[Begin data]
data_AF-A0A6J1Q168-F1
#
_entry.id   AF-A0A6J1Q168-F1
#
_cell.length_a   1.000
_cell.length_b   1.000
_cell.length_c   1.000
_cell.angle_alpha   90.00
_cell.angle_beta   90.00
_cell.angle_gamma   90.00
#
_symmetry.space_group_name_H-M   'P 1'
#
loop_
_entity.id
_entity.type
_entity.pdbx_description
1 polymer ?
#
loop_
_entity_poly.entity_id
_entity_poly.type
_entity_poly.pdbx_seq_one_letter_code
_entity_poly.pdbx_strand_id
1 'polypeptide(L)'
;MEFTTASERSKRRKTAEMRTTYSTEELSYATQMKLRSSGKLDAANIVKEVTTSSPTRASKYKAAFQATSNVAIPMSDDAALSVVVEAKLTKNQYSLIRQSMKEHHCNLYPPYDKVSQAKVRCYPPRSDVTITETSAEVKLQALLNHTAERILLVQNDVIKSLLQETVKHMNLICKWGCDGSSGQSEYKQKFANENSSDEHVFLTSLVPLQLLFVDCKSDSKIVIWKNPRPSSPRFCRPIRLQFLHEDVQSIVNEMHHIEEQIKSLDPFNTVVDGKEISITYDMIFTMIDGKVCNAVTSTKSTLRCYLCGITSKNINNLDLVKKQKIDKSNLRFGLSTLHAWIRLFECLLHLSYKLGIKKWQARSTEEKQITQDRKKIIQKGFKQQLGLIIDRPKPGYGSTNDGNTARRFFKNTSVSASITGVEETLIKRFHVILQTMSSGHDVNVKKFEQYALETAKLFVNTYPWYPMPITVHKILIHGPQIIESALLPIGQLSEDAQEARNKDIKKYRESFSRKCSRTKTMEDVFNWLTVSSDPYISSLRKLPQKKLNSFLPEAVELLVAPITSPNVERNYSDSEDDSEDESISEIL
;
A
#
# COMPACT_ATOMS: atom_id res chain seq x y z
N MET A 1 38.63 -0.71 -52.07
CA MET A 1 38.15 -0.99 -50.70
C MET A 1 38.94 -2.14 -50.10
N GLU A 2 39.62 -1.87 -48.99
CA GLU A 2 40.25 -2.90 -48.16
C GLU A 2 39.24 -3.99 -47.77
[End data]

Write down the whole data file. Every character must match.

data_AF-A0A6J1Q168-F1
#
_entry.id   AF-A0A6J1Q168-F1
#
_cell.length_a   1.000
_cell.length_b   1.000
_cell.length_c   1.000
_cell.angle_alpha   90.00
_cell.angle_beta   90.00
_cell.angle_gamma   90.00
#
_symmetry.space_group_name_H-M   'P 1'
#
loop_
_entity.id
_entity.type
_entity.pdbx_description
1 polymer ?
#
loop_
_entity_poly.entity_id
_entity_poly.type
_entity_poly.pdbx_seq_one_letter_code
_entity_poly.pdbx_strand_id
1 'polypeptide(L)'
;MEFTTASERSKRRKTAEMRTTYSTEELSYATQMKLRSSGKLDAANIVKEVTTSSPTRASKYKAAFQATSNVAIPMSDDAALSVVVEAKLTKNQYSLIRQSMKEHHCNLYPPYDKVSQAKVRCYPPRSDVTITETSAEVKLQALLNHTAERILLVQNDVIKSLLQETVKHMNLICKWGCDGSSGQSEYKQKFANENSSDEHVFLTSLVPLQLLFVDCKSDSKIVIWKNPRPSSPRFCRPIRLQFLHEDVQSIVNEMHHIEEQIKSLDPFNTVVDGKEISITYDMIFTMIDGKVCNAVTSTKSTLRCYLCGITSKNINNLDLVKKQKIDKSNLRFGLSTLHAWIRLFECLLHLSYKLGIKKWQARSTEEKQITQDRKKIIQKGFKQQLGLIIDRPKPGYGSTNDGNTARRFFKNTSVSASITGVEETLIKRFHVILQTMSSGHDVNVKKFEQYALETAKLFVNTYPWYPMPITVHKILIHGPQIIESALLPIGQLSEDAQEARNKDIKKYRESFSRKCSRTKTMEDVFNWLTVSSDPYISSLRKLPQKKLNSFLPEAVELLVAPITSPNVERNYSDSEDDSEDESISEIL
;
A
#
# COMPACT_ATOMS: atom_id res chain seq x y z
N MET A 1 38.63 -0.71 -52.07
CA MET A 1 38.15 -0.99 -50.70
C MET A 1 38.94 -2.14 -50.10
N GLU A 2 39.62 -1.87 -48.99
CA GLU A 2 40.25 -2.90 -48.16
C GLU A 2 39.24 -3.99 -47.77